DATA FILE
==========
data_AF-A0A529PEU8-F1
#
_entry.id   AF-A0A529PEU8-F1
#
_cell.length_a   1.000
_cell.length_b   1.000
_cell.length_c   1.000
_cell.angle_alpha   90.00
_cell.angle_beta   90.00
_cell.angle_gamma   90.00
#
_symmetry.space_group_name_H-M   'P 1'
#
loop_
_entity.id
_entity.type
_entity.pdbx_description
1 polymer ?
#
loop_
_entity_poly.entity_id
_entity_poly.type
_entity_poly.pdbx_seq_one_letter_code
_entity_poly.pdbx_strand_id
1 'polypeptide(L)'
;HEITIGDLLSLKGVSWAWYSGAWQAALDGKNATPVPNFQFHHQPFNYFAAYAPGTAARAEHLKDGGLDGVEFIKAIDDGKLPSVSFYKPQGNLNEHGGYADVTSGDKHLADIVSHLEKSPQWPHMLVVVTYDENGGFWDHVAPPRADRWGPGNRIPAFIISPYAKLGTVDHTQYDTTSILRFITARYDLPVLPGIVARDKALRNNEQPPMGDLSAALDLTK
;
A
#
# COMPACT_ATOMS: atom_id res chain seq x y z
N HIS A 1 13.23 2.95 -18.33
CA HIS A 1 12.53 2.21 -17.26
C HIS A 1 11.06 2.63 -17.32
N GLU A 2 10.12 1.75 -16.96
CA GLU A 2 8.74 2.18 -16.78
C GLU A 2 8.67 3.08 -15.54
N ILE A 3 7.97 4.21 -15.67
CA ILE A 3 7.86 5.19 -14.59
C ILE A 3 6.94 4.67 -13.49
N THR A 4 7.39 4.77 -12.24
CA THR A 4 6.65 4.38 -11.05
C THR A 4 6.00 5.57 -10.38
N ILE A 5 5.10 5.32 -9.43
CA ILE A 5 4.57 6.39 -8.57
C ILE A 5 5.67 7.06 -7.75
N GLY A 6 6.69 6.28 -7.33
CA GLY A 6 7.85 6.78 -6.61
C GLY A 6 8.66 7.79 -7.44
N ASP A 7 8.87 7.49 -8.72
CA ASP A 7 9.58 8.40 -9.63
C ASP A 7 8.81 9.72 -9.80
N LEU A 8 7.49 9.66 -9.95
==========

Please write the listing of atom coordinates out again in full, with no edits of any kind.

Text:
data_AF-A0A529PEU8-F1
#
_entry.id   AF-A0A529PEU8-F1
#
_cell.length_a   1.000
_cell.length_b   1.000
_cell.length_c   1.000
_cell.angle_alpha   90.00
_cell.angle_beta   90.00
_cell.angle_gamma   90.00
#
_symmetry.space_group_name_H-M   'P 1'
#
loop_
_entity.id
_entity.type
_entity.pdbx_description
1 polymer ?
#
loop_
_entity_poly.entity_id
_entity_poly.type
_entity_poly.pdbx_seq_one_letter_code
_entity_poly.pdbx_strand_id
1 'polypeptide(L)'
;HEITIGDLLSLKGVSWAWYSGAWQAALDGKNATPVPNFQFHHQPFNYFAAYAPGTAARAEHLKDGGLDGVEFIKAIDDGKLPSVSFYKPQGNLNEHGGYADVTSGDKHLADIVSHLEKSPQWPHMLVVVTYDENGGFWDHVAPPRADRWGPGNRIPAFIISPYAKLGTVDHTQYDTTSILRFITARYDLPVLPGIVARDKALRNNEQPPMGDLSAALDLTK
;
A
#
# COMPACT_ATOMS: atom_id res chain seq x y z
N HIS A 1 13.23 2.95 -18.33
CA HIS A 1 12.53 2.21 -17.26
C HIS A 1 11.06 2.63 -17.32
N GLU A 2 10.12 1.75 -16.96
CA GLU A 2 8.74 2.18 -16.78
C GLU A 2 8.67 3.08 -15.54
N ILE A 3 7.97 4.21 -15.67
CA ILE A 3 7.86 5.19 -14.59
C ILE A 3 6.94 4.67 -13.49
N THR A 4 7.39 4.77 -12.24
CA THR A 4 6.65 4.38 -11.05
C THR A 4 6.00 5.57 -10.38
N ILE A 5 5.10 5.32 -9.43
CA ILE A 5 4.57 6.39 -8.57
C ILE A 5 5.67 7.06 -7.75
N GLY A 6 6.69 6.28 -7.33
CA GLY A 6 7.85 6.78 -6.61
C GLY A 6 8.66 7.79 -7.44
N ASP A 7 8.87 7.49 -8.72
CA ASP A 7 9.58 8.40 -9.63
C ASP A 7 8.81 9.72 -9.80
N LEU A 8 7.49 9.66 -9.95